- Hardcover: 352 pages
- Publisher: Minotaur Books; 1st edition (January 19, 2001)
- Language: English
- ISBN-10: 0312262019
- ISBN-13: 978-0312262013
- Product Dimensions: 6.4 x 1.3 x 9.6 inches
- Shipping Weight: 1.4 pounds (View shipping rates and policies)
- Average Customer Review: 13 customer reviews
- Amazon Best Sellers Rank: #2,756,876 in Books (See Top 100 in Books)
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Hardcover – January 19, 2001
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Together they discover the body of another young woman caught under the docks and embark on an investigation which takes them from the squalor of the Five Points slums to the glitter of Fifth Avenue, where Augie learns that ruthless depravity thrives at all levels of society.
Narrated by Augie many years later "On Night's Shore" seamlessly incorporates elements of Poe's later tales into the narrative - "The Mystery of Marie Roget," "The Cask of Amontillado," "The Black Cat" - without overreaching. Poe is a gloomy, driven man whose genius is beset by poverty, nagging self-doubt and bouts of drunkenness. Augie, brutalized, clever, and resourceful ("in calamity, opportunity"), attaches himself to Poe as a father figure, enchanted by his family circle of consumptive, gentle wife and strong, generous mother-in-law.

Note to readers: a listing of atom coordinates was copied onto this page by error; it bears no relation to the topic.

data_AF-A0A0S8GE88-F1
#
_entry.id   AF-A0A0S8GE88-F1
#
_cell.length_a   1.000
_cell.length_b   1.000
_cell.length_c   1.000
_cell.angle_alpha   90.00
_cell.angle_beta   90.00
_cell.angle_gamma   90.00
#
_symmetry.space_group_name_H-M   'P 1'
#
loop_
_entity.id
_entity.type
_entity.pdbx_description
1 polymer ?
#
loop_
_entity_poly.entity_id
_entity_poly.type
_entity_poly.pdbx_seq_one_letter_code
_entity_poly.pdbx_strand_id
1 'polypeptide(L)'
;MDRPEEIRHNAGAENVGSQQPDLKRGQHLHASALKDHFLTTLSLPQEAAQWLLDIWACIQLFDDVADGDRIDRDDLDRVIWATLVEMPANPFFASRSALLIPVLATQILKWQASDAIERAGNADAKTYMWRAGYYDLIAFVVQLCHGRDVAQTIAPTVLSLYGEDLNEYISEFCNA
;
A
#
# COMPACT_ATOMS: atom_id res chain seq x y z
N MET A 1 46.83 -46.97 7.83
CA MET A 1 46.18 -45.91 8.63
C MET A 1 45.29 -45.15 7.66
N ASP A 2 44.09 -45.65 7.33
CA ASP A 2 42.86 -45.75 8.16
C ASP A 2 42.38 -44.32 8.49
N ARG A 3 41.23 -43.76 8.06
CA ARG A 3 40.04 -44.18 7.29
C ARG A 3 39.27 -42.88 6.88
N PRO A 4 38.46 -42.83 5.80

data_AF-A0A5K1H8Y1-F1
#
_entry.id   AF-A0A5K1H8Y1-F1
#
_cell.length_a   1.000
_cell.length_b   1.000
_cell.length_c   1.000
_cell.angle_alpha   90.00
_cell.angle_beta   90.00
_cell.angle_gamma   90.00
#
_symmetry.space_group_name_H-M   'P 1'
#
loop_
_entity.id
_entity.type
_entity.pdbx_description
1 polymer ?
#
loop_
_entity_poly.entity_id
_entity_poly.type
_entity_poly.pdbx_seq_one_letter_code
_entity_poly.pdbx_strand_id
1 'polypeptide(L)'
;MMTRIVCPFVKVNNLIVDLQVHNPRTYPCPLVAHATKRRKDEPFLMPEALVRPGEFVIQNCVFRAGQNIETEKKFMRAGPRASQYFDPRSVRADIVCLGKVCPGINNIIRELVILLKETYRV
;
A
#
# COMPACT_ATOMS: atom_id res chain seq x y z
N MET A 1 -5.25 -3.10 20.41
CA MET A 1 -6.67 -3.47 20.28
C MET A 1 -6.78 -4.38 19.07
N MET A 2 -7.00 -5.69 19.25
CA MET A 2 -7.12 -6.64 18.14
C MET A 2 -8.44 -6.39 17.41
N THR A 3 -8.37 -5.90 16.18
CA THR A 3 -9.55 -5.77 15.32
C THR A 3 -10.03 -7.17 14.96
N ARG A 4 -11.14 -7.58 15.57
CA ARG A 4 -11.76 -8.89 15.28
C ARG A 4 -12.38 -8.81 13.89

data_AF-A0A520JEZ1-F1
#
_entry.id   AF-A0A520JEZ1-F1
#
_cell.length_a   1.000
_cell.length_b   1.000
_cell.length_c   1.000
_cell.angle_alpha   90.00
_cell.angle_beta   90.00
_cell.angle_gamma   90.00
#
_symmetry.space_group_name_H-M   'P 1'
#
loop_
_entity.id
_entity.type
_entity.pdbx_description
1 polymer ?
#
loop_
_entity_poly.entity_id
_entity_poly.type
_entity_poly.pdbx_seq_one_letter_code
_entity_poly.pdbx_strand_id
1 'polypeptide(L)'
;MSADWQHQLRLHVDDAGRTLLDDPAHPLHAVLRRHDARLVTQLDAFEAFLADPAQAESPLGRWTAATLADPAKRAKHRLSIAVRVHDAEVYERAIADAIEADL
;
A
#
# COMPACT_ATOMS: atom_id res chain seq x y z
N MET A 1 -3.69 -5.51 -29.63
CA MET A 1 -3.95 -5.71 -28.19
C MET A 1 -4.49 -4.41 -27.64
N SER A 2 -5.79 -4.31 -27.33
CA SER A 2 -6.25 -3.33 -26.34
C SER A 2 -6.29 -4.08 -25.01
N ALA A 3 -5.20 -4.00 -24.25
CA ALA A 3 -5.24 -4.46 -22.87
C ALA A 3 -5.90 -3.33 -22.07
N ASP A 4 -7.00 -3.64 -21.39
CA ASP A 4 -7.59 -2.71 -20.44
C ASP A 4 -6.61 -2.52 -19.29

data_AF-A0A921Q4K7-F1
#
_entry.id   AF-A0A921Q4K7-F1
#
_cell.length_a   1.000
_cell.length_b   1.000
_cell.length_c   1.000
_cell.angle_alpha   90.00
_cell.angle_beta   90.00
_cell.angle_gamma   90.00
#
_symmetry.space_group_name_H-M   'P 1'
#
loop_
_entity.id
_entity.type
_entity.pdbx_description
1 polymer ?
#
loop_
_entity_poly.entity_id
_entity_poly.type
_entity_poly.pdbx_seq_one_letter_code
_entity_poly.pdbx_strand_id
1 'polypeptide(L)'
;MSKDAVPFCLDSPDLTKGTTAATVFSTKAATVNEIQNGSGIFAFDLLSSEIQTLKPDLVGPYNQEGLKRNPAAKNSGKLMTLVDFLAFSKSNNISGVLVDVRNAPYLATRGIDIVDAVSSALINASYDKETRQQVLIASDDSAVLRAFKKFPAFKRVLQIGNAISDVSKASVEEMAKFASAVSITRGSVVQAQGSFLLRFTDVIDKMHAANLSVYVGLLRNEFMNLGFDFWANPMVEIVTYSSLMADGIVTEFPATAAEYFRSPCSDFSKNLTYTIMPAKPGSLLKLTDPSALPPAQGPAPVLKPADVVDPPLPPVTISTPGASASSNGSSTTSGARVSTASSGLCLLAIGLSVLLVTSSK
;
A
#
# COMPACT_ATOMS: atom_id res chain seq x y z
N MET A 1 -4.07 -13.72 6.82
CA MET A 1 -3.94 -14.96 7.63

Despite occasional backsliding into, respectively, despair and opportunism, Poe and Augie bring out the best in one another and together they delve into Mary Rogers' working class life, shattering several official versions of the murder on their winding path into the bastions of city power. Atmospheric and suspenseful, Silvis' ("An Occasional Hell," "Excelsior") character-driven story brings the city to life in all its cruelty and grandeur and the writing - mannered, gritty and eloquent - evokes the voice and sensibility of the time.
Silvis recreates 1840s New York with an unstinting and often brutal clarity. His elegant, evocative prose is suggestive of Poe's own style and his narrative integrates elements from Poe's more popular works. The characters, real and fictional alike, are masterpieces of insight into the human experience. Nowhere is this insight more evident than in the author's rendering of Edgar Allan Poe, a brilliant, compassionate and fatally complex man whose devotion to his work was exceeded only by his love for his family.